Our results are generally consistent with those of previous studies. Our estimated elasticity for carbonated SSBs (−0.73) is very close to that reported by Duffey et al15 (−0.72). Our overall SSB elasticity (−0.89) is similar to the average across the studies reviewed by Andreyeva et al14 (−0.79). With the exception of the 2.25-kg weight loss reported by Duffey et al, our modest weight loss estimates from the 20% tax are also consistent with those from previous studies. Using a simulation model, Schroeter et al17 estimated that a 10% tax on nondiet soft drinks would lead to an average weight reduction of 0.09 kg. Focusing on youth, Sturm et al18 and Fletcher et al19 separately used variations in state beverage taxes and found no relationship between these taxes and children's body mass index. Powell and Chaloupka20 reviewed 9 econometric studies that estimated the relationship between beverage and other prices and weight outcomes and concluded that “when statistically significant effects were found between food and restaurant prices (taxes) and weight outcomes, the effects were generally small in magnitude.” All these studies focused on small price increases of 18% or less. These findings, combined with our results, suggest that large broad-based taxes will be required to positively influence weight outcomes.
This analysis has several limitations. First, the data were self-reported, which may lead to underreporting. Second, the data were limited to store-bought beverage purchases only. If a tax were extended to restaurants and other venues, the effect on SSBs would be greater than those reported herein. However, if individuals substitute foods for SSBs as a result of a tax, our results would be biased, although the direction of effect is unknown. Schroeter et al17 present a theoretical model showing the circumstances under which taxes on select high-calorie foods results in a net increase in caloric consumption. This could occur if, for example, consumers switch from carbonated beverages to foods of even greater calorie value.
With respect to our estimated weight losses, recent work by Katan and Ludwig21 suggest that the assumption of a linear relationship between kilocalories and weight (ie, that a reduction of 3500 kcal translates into 0.45 kg of weight loss) is overly optimistic because it fails to take into account the body's compensatory mechanisms that limit long-term effects of caloric reductions on body weight. For these reasons, our estimated weight losses may be optimistic.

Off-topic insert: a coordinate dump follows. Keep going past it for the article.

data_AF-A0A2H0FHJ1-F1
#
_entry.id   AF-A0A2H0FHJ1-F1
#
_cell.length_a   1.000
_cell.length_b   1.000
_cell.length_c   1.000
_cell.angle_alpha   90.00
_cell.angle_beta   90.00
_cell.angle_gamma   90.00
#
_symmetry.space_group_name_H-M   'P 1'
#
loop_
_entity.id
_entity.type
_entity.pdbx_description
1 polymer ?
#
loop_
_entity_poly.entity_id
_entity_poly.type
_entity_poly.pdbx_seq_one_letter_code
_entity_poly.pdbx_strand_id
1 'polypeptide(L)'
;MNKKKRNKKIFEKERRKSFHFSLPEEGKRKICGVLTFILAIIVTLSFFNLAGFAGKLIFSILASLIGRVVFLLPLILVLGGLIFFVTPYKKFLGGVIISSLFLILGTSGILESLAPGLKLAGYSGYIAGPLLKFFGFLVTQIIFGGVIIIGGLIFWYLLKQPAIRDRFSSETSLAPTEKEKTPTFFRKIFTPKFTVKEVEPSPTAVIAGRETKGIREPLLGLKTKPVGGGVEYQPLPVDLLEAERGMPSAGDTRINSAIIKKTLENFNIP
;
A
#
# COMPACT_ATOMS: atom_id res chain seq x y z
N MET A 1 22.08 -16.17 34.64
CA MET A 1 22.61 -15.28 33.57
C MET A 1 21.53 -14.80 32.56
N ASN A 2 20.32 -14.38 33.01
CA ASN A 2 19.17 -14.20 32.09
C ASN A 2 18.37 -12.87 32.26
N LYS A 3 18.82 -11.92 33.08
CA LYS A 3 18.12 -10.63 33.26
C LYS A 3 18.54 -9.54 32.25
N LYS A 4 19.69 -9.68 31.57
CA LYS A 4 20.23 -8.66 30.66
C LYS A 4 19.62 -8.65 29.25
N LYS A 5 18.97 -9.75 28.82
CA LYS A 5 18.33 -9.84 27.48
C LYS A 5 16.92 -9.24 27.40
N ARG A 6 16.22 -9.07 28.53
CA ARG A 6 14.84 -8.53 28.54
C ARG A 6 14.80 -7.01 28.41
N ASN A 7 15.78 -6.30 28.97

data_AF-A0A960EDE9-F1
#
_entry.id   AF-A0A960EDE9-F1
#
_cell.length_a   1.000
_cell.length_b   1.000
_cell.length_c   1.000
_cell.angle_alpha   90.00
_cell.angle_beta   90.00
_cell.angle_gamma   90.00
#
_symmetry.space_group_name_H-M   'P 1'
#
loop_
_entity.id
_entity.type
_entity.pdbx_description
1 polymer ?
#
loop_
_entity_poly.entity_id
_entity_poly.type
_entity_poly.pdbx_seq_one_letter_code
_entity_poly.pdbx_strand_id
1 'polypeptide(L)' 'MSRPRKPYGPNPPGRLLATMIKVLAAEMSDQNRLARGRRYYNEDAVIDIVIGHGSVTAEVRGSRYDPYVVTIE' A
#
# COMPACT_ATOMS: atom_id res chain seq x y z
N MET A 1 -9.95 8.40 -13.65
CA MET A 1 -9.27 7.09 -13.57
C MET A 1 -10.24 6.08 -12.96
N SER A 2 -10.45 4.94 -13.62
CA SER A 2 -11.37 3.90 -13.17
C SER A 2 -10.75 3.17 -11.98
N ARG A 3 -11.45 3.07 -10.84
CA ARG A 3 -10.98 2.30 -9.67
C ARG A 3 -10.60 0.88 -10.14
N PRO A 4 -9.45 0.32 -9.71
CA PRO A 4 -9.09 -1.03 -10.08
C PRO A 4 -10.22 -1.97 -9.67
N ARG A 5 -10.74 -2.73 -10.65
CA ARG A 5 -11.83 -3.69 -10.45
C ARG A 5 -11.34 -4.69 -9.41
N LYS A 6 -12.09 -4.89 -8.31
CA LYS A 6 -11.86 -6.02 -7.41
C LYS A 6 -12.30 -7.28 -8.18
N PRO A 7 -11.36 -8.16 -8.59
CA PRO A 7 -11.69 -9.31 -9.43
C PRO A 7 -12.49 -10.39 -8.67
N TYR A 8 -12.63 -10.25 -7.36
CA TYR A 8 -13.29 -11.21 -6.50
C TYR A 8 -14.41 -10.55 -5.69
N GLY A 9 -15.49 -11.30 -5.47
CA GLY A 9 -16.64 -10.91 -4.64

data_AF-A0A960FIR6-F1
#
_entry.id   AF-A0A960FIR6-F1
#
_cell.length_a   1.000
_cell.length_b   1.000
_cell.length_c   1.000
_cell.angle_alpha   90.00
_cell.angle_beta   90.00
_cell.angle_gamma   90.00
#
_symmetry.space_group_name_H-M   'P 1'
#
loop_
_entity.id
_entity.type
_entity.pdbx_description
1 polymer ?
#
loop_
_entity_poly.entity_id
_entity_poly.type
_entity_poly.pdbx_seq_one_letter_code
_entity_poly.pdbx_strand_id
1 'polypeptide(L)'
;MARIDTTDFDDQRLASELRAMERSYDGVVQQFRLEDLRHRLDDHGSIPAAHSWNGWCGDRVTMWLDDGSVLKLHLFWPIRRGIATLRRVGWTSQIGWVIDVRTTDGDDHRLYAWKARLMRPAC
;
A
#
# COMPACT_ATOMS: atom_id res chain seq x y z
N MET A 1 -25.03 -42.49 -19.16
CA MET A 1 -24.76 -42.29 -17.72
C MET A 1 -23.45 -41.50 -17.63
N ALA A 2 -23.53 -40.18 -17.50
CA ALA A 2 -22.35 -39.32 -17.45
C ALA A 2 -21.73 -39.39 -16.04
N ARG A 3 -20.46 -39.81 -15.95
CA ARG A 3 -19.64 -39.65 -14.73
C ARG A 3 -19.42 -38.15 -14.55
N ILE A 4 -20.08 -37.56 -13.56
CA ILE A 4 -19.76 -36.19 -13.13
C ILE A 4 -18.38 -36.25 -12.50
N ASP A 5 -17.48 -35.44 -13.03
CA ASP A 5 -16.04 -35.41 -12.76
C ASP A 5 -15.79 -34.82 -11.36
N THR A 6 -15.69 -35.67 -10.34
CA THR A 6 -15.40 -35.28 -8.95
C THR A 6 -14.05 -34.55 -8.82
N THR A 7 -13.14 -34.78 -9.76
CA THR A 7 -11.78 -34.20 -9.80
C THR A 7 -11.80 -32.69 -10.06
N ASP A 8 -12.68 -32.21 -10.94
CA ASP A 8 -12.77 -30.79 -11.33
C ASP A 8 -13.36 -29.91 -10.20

Finally, to estimate a demand elasticity, it is necessary that price changes be determined by changes in supply. Because our elasticity estimates were negative, we know they were at least partially determined by supply shifts. However, we cannot rule out that some of the price changes were a result of movements of the supply and demand curves.
In summary, these results show that large taxes on SSBs are likely to be effective at positively influencing weight outcomes, especially among middle-income households. These taxes would also generate substantial revenue that could be used to fund obesity prevention efforts or for other causes.
Correspondence: Eric A. Finkelstein, PhD, MHA, Health Services and Systems Research Program, Duke-NUS Graduate Medical School, Singapore, 8 College Rd, Singapore 169857 (email@example.com).
Accepted for Publication: May 30, 2010.
Author Contributions:Study concept and design: Finkelstein, Zhen, Nonnemaker, and Todd. Acquisition of data: Finkelstein, Zhen, and Todd. Analysis and interpretation of data: Finkelstein, Zhen, Nonnemaker, and Todd. Drafting of the manuscript: Finkelstein, Zhen, Nonnemaker, and Todd. Critical revision of the manuscript for important intellectual content: Finkelstein, Zhen, and Todd. Statistical analysis: Finkelstein, Zhen, and Nonnemaker. Obtained funding: Finkelstein and Zhen. Administrative, technical, and material support: Finkelstein, Zhen, and Todd. Study supervision: Finkelstein.
Financial Disclosure: None reported.
Funding/Support: This study was supported by grant 65062 from Healthy Eating Research, a national program of the Robert Wood Johnson Foundation.
Disclaimer: The views expressed herein are those of the authors and do not necessarily reflect the position of the US Department of Agriculture, the Economic Research Service, RTI International, or Duke-NUS.
Additional Contributions: Shawn Karns, BA, Muhammad Assad Farooqui, BA, and Charles Feagan provided considerable assistance in preparing the data for analyses. We thank the anonymous reviewers for their recommendations.